Aeraulic and Aeroacoustic Experimental Characterization of Academic and Industrial HVAC Flaps 2016-01-1812
The noise radiated inside the car cabin depends on many sources such as the embedded equipments like the Heating, Ventilation and Air Conditioning (HVAC) module. An HVAC is a compact and complex system composed of several elements: blower, flaps, thermal exchangers, ducts… Air provided by an HVAC is blown by a blower passing through different components and then distributed to car cabin areas. Interactions between airflow and the HVAC fixed components generate noises that emerge in the car cabin.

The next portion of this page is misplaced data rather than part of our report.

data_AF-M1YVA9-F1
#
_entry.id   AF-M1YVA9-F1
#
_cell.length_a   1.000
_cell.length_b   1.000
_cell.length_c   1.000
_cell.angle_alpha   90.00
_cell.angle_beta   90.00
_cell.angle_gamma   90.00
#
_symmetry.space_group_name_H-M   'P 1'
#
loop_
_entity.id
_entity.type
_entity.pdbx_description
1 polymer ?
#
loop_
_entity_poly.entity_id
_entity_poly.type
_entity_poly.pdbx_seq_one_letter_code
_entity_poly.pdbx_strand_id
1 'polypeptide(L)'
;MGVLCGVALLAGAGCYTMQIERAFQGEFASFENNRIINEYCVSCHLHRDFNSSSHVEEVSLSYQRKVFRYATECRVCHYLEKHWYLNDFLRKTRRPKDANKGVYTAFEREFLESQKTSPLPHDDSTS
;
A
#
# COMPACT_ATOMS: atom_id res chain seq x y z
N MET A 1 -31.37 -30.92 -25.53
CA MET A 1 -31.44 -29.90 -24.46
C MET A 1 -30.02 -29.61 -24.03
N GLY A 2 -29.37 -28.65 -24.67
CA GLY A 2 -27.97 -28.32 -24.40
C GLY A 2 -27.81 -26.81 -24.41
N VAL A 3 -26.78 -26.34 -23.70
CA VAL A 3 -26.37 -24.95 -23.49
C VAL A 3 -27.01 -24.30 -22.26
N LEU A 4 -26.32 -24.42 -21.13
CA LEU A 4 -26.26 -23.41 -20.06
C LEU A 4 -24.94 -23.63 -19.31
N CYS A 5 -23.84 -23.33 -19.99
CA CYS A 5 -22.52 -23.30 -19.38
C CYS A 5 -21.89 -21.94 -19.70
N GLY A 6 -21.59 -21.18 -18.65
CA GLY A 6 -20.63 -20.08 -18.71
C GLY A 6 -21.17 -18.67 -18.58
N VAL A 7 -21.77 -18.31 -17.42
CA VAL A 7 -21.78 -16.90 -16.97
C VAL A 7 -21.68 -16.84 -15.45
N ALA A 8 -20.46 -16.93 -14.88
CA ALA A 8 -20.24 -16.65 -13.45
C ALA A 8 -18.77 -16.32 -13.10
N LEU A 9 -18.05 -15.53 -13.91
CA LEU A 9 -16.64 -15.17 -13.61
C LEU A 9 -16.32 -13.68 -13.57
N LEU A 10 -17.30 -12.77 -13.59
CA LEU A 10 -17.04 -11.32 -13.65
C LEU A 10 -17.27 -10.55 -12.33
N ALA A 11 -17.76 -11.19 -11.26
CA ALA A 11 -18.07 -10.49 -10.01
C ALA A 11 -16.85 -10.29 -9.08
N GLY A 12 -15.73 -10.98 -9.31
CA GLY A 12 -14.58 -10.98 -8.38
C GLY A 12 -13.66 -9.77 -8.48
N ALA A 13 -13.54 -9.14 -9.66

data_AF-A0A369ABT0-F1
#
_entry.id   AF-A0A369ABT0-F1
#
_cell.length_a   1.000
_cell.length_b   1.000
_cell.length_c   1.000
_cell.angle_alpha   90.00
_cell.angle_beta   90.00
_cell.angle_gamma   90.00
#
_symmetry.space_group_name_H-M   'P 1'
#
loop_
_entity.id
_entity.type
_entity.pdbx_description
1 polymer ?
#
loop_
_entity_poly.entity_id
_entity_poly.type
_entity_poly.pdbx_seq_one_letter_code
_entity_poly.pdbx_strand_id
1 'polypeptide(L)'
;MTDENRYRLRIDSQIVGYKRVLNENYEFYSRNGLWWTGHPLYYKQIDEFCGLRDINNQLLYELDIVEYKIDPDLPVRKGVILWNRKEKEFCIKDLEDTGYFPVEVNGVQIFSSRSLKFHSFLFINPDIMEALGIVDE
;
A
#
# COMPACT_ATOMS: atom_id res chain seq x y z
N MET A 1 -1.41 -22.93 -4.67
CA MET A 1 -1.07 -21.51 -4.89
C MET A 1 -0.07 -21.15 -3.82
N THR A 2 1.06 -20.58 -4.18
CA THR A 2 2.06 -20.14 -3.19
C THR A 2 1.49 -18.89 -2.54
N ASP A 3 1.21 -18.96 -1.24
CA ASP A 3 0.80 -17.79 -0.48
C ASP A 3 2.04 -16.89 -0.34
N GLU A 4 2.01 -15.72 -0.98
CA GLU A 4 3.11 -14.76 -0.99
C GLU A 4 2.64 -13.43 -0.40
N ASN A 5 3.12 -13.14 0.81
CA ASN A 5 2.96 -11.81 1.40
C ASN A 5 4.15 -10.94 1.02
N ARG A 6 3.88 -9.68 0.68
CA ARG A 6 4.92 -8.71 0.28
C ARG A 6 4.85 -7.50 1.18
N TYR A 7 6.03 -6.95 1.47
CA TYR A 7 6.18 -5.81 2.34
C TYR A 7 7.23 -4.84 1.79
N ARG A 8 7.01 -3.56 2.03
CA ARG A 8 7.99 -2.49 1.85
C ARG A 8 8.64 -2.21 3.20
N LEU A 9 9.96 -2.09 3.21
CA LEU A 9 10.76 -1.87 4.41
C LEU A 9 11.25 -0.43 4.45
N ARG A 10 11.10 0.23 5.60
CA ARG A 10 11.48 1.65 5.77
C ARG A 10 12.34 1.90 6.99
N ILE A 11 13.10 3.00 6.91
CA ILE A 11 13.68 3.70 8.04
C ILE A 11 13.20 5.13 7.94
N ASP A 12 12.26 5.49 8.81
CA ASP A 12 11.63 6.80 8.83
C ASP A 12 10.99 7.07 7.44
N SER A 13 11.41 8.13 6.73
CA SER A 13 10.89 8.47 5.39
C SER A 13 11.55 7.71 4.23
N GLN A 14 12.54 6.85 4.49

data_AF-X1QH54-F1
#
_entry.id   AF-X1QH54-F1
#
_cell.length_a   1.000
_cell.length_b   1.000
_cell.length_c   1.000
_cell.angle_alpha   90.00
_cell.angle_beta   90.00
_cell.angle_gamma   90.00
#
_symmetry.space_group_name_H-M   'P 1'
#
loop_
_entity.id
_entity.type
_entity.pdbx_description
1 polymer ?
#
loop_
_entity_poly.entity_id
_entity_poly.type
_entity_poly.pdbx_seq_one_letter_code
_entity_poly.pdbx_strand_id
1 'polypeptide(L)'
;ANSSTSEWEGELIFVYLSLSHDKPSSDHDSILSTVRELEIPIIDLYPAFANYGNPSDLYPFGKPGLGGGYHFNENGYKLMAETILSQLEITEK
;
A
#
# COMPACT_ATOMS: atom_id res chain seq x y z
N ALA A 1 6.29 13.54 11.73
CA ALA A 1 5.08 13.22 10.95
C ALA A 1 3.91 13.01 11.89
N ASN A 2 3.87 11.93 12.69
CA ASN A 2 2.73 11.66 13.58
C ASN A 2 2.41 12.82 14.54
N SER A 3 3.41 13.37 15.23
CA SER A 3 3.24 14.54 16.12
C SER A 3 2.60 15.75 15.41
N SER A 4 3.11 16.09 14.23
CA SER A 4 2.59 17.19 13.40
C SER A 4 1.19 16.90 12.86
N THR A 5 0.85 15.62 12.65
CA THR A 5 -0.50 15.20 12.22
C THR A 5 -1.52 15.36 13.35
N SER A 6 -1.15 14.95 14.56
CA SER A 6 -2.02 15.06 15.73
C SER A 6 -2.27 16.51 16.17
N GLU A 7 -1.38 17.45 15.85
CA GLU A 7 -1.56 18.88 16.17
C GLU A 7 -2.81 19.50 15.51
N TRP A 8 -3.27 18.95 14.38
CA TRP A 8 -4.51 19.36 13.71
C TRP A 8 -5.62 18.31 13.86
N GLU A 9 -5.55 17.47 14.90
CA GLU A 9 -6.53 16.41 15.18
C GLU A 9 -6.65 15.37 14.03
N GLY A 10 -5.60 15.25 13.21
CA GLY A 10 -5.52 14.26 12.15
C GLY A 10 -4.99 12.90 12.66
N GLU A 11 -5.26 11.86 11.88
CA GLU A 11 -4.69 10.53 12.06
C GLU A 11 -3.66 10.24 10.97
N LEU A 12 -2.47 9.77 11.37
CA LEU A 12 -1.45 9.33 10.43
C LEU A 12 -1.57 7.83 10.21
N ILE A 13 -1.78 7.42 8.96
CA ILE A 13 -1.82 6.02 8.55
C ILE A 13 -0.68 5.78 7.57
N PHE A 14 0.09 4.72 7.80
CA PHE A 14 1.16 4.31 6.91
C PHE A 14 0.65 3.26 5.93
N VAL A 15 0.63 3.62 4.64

CEVAS project, managed by the automotive equipment manufacturer Valeo, is aiming to develop a prediction tool which will provide HVAC noise spectrum and sound quality data. The tool is based, in particular, on aeroacoustic characterization of individual elements and associations of elements. An experimental test bench was therefore developed by the acoustic laboratory of the University of Technology of Compiègne (UTC) based on the assumption that an HVAC component is described as a 2N-port source (N cut-on modes) represented by its scattering matrix and its upstream and downstream modal acoustic pressure vectors. In addition measurements of mean flow velocities around the elements are performed by Particle Image Velocimetry (PIV) equipment. In this paper, results of the fluid and aeroacoustic qualification of a flap for different opening angles without and with a wall located upstream the flap are presented. Analysis is conducted based on the noise prediction model for aerodynamic sound production in low speed flow ducts suggested by Nelson and Morfey in 1981.